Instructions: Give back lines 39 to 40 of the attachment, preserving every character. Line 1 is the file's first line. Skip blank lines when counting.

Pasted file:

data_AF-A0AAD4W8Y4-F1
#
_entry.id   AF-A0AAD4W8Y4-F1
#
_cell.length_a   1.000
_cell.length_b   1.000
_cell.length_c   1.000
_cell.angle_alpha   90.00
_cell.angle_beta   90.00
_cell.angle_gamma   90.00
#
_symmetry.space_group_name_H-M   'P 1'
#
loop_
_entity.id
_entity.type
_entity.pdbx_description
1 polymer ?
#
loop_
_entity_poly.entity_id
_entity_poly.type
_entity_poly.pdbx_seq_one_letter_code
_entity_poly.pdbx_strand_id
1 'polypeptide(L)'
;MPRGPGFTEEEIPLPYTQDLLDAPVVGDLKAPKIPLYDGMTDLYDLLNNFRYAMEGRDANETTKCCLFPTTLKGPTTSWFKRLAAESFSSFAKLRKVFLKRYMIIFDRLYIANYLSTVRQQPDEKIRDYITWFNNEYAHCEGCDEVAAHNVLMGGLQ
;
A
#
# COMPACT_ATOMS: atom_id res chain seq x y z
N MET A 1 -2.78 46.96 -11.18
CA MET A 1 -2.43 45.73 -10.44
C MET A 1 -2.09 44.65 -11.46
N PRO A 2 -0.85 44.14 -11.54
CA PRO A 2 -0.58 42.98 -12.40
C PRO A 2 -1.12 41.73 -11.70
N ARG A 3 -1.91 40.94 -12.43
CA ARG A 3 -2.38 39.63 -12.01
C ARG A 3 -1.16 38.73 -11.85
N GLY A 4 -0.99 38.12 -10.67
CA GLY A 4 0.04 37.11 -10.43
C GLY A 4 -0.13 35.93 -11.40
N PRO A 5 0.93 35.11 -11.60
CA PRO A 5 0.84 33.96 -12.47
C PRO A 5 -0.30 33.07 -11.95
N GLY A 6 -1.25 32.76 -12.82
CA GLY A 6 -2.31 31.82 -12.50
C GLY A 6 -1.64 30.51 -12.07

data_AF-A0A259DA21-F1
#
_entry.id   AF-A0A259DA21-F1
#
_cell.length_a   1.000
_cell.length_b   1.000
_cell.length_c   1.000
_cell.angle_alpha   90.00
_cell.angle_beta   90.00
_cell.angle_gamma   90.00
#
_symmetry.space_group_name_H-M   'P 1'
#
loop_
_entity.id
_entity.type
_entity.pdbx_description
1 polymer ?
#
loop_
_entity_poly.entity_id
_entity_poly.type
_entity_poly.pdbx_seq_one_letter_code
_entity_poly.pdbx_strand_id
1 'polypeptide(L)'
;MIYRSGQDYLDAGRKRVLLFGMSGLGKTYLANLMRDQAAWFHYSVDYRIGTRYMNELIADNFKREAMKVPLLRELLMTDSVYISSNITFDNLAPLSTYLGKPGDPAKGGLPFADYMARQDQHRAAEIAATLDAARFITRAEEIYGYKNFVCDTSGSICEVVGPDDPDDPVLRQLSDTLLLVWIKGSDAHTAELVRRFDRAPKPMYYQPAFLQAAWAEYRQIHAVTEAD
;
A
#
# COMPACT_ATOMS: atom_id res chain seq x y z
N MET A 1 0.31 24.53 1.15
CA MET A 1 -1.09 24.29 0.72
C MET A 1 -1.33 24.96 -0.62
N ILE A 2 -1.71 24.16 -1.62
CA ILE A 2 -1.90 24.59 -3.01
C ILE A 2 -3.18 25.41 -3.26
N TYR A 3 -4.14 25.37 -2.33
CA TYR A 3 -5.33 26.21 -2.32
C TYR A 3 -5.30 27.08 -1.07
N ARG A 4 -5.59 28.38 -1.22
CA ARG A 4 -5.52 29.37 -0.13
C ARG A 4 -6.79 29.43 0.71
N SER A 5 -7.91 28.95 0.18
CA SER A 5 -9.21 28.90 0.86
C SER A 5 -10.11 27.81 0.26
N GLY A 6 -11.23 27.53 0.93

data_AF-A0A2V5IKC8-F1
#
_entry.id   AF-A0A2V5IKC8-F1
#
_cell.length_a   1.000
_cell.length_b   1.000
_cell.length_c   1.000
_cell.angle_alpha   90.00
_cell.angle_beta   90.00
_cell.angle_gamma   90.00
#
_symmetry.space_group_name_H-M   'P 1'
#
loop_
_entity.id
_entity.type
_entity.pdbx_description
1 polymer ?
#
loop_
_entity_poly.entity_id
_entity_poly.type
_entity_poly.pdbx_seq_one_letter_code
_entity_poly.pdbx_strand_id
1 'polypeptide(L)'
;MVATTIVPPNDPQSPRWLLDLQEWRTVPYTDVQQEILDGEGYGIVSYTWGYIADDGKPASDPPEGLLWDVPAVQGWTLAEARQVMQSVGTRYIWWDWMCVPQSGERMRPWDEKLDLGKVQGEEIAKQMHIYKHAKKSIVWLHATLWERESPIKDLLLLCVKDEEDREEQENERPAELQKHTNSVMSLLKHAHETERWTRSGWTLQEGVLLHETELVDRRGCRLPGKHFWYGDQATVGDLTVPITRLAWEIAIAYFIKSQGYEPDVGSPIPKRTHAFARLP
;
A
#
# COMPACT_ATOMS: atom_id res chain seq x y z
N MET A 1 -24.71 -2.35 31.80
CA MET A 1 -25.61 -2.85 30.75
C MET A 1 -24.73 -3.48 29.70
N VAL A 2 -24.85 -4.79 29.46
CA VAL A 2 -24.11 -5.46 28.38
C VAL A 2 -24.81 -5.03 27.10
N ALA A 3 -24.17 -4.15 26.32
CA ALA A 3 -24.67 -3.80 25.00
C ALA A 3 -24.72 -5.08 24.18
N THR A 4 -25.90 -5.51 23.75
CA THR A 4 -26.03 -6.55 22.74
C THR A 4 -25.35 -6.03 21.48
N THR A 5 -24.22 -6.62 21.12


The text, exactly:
C ARG A 3 -1.16 38.73 -11.85
N GLY A 4 -0.99 38.12 -10.67